Ramesh is a journalist working for The Heat. The recent suspension by the Home Ministry towards his company has now put the poor man, with two kids and a wife (along with two cars, if you remember the previous status I posted a month back) in dilemma.
Worst blow; school is about to begin in two weeks. With the kids hoping their father would purchase brand new school uniforms, shoes, brand new bags, and not to mention majority of the money has to be spent on school text books, note books and stationary, Ramesh is in a deep dark rabbit hole.
Now talks of toll prices to be raised are in place. Recent hike for properties in KL and sugar subsidy cuts has cast a huge hole in Ramesh’s pocket.
His wife, Shalini, being a woman, is constantly asking him what is to happen to his job. His relatives and in-laws prod the same question whenever he visits them during the weekends. His friends ask the same question during their late night mamak meet up.
Six months ago, after much chiding from the same friends and even random people he met on the streets, Ramesh decided to quit The Star and join The Heat.
He had enough of laymen constantly putting the blame on him for the stance the paper took. Many netizens constantly mocked his articles online.
“Why blame me? I’m just doing my job.” He constantly asked them. He even took the pains to explain to them that ultimately, it was not his decision for such silly news articles to be written in the papers. The scare ad tactics that appeared a few weeks prior to elections, even that, he was blamed for.
“You journalists are idiots.” People would say.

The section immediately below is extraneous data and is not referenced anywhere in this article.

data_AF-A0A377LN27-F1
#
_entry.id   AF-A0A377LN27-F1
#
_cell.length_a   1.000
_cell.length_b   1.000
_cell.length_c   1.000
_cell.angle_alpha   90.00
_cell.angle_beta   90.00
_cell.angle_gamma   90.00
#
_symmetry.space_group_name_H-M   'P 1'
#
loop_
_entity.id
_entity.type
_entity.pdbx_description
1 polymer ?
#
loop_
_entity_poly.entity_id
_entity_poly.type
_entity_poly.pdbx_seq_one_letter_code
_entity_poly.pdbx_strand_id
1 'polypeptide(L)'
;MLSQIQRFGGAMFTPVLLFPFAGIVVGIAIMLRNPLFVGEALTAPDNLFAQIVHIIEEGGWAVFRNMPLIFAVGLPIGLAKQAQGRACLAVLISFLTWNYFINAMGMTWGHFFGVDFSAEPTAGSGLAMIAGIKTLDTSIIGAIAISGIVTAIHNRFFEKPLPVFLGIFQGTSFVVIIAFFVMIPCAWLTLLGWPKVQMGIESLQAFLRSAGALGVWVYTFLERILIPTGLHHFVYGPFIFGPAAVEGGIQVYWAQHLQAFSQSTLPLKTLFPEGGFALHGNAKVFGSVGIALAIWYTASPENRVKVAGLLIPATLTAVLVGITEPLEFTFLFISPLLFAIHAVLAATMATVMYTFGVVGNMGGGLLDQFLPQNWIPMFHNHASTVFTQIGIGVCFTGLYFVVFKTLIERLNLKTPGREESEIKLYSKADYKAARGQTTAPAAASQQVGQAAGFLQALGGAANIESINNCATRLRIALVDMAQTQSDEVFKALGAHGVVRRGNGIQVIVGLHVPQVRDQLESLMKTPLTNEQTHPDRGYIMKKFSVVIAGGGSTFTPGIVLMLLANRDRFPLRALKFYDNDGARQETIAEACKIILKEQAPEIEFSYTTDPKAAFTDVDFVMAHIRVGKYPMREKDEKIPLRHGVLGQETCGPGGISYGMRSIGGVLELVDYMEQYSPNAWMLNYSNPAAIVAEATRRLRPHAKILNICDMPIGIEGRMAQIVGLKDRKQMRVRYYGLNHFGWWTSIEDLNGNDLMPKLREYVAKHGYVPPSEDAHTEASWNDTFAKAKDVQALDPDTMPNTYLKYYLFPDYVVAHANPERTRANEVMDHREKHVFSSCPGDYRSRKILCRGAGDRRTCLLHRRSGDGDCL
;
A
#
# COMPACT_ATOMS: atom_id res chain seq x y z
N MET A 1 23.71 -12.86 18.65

“If I were you, I’ll quit The Star and join some other media company that is not biased.”
“The Star, government paper. No wonder lah.”
Easy for them to say. Harder for Ramesh to decide.
Opposition politicians and party members constantly heckled him whenever he covered their event.
“Apa you akan tulis? You dari Star? Ahh confirm berita buruk nih. Mesti spin nih.” The would say.
When elections ended, and after much thinking, Ramesh decided to leave The Star, leave the bonuses he used to enjoy, and perform at The Heat, where despite the low salary, he was happy doing his job. He had the free will to write about things that mattered; the real news, delivering it as it is for the people and not the other way around.
But now, when the paper has been suspended, here was Ramesh, sitting at the mamak on his iPhone at 1.49am, unable to sleep. He sips on his Teh Tarik worriedly. And he asks;
Where were the same people who once upon a time asked him to leave his job?
Where were the same people – the Malaysian public – whom Ramesh constantly had in mind whenever he wrote news stories?
Where were those, who scorned, heckled, mocked and even advised him to leave The Star?
Malaysians, where are you, when tons of journalists like my friends and me from the mass and alternative media are demanding for the freedom of Malaysian press?
You had your say about us. You had your time to scorn, mock, ridicule and even insult. And now, when we stand and demand for Freedom of Press, many are still silent.
If Ramesh can leave his old job at The Star and join his now suspended news company, The Heat, why can’t you, as the public, support us journalists in this struggle?
If you truly care about a change in the country, I plead to you, let’s start from the Media first.
Why Freedom of Press is needed in Malaysia:
1) Less bullshit, more facts.
2) Readers will be able to read the good, bad and ugly side of all political parties and figures.
3) If implemented, political parties (both) will be working harder to not screw up as their dirty deeds will be reported, ultimately good for us, the people.
4) The thing is, I believe the reason BN didn’t do well was partly because of this. Malaysians are no longer stupid as they can see through lies now. Insulting their intelligence by reporting propaganda laced news articles will only bring further backlash to the parties involved. Good example; MCA’s scare ad tactics in the Star.
5) As journalists, we will have more work to do (which means, better experience), we’ll be well respected, and we will be more than willing to report both sides of the story.
6) Implementing Freedom of Press is a win-win situation for everyone. Political parties working harder, journalists respected, readers knowing the truth. In the end, everyone wins.